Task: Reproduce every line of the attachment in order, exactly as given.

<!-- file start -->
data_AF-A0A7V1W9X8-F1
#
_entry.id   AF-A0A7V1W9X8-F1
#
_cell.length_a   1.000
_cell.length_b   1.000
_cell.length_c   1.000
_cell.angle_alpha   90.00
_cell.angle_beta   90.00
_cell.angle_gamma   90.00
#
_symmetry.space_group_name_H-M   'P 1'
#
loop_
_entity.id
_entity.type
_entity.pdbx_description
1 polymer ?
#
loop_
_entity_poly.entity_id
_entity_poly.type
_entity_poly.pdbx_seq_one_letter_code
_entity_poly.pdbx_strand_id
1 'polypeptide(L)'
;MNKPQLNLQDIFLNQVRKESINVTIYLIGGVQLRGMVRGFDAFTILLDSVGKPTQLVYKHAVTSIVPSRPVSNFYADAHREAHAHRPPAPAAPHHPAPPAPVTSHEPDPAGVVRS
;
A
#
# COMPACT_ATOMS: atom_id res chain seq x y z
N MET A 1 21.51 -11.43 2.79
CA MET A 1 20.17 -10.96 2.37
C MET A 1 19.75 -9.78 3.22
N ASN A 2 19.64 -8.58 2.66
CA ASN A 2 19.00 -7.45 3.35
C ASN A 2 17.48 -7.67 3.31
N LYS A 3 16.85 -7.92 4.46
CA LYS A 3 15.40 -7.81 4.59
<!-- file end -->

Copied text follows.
data_AF-A0A7V1W9X8-F1
#
_entry.id   AF-A0A7V1W9X8-F1
#
_cell.length_a   1.000
_cell.length_b   1.000
_cell.length_c   1.000
_cell.angle_alpha   90.00
_cell.angle_beta   90.00
_cell.angle_gamma   90.00
#
_symmetry.space_group_name_H-M   'P 1'
#
loop_
_entity.id
_entity.type
_entity.pdbx_description
1 polymer ?
#
loop_
_entity_poly.entity_id
_entity_poly.type
_entity_poly.pdbx_seq_one_letter_code
_entity_poly.pdbx_strand_id
1 'polypeptide(L)'
;MNKPQLNLQDIFLNQVRKESINVTIYLIGGVQLRGMVRGFDAFTILLDSVGKPTQLVYKHAVTSIVPSRPVSNFYADAHREAHAHRPPAPAAPHHPAPPAPVTSHEPDPAGVVRS
;
A
#
# COMPACT_ATOMS: atom_id res chain seq x y z
N MET A 1 21.51 -11.43 2.79
CA MET A 1 20.17 -10.96 2.37
C MET A 1 19.75 -9.78 3.22
N ASN A 2 19.64 -8.58 2.66
CA ASN A 2 19.00 -7.45 3.35
C ASN A 2 17.48 -7.67 3.31
N LYS A 3 16.85 -7.92 4.46
CA LYS A 3 15.40 -7.81 4.59